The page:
Although in its infancy, IF research has been carried out on humans and found some positive beneficial health effects. Dr Josh Mitteldorf says “In human studies with older residents, mostly in nursing homes, intermittent fasting improves some markers of health and there are suggestions it can lower risk of cancer and heart disease.” IF has also been shown to be an effective weight loss approach, which can in turn lead to positive health effects.
Human anti-ageing research is difficult because study participants would have to maintain a strict IF diet for many years and the study would have to last a lifetime to see any differences in longevity. There are also many other factors that affect ageing which might make it difficult to interpret results. Dr Nick Ashton says “Some studies in humans have also shown that intermittent fasting can reduce the risk of developing diabetes and cardiovascular disease, as well as leading to weight loss in obese subjects. However; theses studies typically only lasted for 2-6 months. In order to notice an effect on ageing, the period of intermittent fasting would have to last for years, if not the whole of life. This would be difficult to study and, more importantly, it would be difficult to maintain.”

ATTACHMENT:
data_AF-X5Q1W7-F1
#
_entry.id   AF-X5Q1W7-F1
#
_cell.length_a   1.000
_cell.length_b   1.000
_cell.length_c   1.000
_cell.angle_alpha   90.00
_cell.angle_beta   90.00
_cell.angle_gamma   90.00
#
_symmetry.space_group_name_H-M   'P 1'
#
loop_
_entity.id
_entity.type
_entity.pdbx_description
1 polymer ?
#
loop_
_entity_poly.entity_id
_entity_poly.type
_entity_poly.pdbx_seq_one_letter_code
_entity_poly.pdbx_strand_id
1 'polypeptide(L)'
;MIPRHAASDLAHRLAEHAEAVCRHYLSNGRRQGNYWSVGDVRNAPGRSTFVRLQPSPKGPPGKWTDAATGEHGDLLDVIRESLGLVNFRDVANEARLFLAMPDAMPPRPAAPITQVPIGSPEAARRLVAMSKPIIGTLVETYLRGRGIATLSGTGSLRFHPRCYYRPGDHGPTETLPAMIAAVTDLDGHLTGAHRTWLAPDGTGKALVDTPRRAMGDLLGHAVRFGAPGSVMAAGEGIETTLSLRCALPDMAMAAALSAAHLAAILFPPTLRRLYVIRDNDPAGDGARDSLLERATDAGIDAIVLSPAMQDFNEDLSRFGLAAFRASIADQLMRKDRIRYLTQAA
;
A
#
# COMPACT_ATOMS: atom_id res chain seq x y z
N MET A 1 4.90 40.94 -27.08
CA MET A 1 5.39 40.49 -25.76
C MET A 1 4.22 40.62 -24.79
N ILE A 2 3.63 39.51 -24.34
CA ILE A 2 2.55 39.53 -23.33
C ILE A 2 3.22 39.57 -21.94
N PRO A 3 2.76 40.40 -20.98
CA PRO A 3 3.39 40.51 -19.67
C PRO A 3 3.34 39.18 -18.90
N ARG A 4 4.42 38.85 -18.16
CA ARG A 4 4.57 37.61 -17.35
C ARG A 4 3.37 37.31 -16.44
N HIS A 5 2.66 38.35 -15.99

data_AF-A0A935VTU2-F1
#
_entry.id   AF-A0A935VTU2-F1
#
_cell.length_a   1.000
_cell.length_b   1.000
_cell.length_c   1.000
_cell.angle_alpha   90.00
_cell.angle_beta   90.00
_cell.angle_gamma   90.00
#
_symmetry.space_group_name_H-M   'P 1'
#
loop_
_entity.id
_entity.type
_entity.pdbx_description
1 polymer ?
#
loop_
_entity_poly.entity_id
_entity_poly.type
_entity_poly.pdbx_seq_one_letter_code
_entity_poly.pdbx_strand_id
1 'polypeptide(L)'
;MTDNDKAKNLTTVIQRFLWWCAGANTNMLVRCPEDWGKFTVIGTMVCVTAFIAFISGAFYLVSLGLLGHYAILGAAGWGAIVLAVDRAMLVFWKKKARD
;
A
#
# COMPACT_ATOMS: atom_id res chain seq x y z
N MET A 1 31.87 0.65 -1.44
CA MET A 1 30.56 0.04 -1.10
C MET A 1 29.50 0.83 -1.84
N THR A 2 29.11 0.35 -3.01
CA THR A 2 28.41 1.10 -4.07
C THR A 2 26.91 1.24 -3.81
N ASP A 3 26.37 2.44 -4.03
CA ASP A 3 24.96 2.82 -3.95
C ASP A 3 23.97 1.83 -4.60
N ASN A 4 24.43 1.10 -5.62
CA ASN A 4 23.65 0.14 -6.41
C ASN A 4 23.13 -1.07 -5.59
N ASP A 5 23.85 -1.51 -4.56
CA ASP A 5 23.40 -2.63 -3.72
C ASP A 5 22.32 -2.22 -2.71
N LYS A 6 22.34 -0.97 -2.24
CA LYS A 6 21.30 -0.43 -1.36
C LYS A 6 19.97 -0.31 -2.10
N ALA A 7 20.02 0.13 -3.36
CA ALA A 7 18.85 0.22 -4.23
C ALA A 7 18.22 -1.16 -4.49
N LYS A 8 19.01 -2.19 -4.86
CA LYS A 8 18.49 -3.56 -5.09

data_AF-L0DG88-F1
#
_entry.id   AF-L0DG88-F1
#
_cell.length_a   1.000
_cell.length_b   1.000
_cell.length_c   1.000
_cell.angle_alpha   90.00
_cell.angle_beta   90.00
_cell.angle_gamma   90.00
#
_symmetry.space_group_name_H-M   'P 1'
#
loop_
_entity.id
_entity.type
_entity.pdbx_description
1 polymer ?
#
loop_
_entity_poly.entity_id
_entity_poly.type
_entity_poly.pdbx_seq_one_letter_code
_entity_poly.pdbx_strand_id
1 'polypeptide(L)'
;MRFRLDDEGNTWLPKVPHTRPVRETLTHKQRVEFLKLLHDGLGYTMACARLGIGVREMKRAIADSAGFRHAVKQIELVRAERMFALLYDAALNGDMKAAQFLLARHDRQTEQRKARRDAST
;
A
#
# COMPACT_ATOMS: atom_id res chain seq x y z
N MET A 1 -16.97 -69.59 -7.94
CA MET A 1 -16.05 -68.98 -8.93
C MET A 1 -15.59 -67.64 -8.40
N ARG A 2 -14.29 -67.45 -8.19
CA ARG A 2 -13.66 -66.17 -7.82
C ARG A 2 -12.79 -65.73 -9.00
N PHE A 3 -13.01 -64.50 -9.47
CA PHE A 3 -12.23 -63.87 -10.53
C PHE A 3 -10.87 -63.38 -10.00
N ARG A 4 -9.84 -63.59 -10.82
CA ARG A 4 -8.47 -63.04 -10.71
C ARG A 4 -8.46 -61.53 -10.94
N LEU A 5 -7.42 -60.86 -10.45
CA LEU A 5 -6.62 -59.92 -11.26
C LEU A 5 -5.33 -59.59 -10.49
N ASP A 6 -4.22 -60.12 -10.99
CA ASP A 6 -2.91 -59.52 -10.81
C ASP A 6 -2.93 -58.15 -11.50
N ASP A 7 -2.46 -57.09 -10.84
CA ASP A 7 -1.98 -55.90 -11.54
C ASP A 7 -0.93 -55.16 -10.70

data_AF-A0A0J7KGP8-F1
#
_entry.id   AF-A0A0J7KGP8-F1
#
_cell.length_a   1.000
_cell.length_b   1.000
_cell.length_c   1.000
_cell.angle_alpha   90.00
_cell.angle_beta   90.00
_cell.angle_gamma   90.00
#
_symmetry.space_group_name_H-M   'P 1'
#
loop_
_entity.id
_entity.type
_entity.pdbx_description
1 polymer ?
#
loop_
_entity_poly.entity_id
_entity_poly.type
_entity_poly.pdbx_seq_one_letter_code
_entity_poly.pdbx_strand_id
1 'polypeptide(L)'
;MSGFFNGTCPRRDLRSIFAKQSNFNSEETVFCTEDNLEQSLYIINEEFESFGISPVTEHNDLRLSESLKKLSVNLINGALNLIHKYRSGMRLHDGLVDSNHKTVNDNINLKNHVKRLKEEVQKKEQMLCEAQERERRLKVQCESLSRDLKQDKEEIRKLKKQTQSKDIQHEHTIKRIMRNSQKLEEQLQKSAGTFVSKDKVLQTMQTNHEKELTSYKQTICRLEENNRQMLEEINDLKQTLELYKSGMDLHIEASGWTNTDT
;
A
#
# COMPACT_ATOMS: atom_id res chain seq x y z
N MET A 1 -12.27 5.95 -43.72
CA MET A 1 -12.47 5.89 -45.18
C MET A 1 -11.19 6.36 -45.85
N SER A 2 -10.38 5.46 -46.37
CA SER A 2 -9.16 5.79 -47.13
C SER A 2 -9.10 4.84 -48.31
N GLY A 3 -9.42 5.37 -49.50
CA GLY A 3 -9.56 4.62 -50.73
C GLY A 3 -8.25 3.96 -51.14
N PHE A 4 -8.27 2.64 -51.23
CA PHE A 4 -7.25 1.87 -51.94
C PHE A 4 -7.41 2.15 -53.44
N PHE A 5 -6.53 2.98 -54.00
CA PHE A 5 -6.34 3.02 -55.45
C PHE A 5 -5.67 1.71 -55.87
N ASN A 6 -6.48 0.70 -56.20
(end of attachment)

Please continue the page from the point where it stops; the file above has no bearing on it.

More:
Dr Markus Schosserer concludes, “A large body of evidence from simple model organisms (worms and flies), as well as from mice suggests that intermittent fasting (IF) is indeed able to slow down certain aspects of aging. IF in humans was shown to provide metabolic benefits, but direct evidence that it directly influences aging in humans is still lacking.”
How could fasting affect ageing?
The biology by which IF affects ageing is not yet clear. Dr Zac Wylde says “IF has been shown to stimulate molecular pathways (i.e., mTOR) involved in the pathway that the drug rapamycin targets (this drug has been shown to extend lifespan in some animal models).”
Should I start intermittent fasting?
Although preliminary research suggests that there are some benefits to IF, there are also side effects. Dr Wylde says “Currently we know relatively little on how dietary approaches such as IF influence reproductive health or the ability of a female to become pregnant in humans. Whilst I think skipping a meal or two is particularly good, especially in this world where high calorie junk foods are at our fingertips, I would always suggest exercising caution when making large lifestyle changes. I personally also think that there is a growing tendency for people to become fixated and anxious around "clean eating" so try to be cognizant of how an IF regime may also impact your mental health.”
There are lots of factors to take into consideration when deciding whether to start intermittent fasting. Our Metafact review covers some of these topics in more detail. It’s a good idea to talk to your doctor before drastically changing your eating habits.
Intermittent fasting may be anti-ageing, but more research in humans is needed.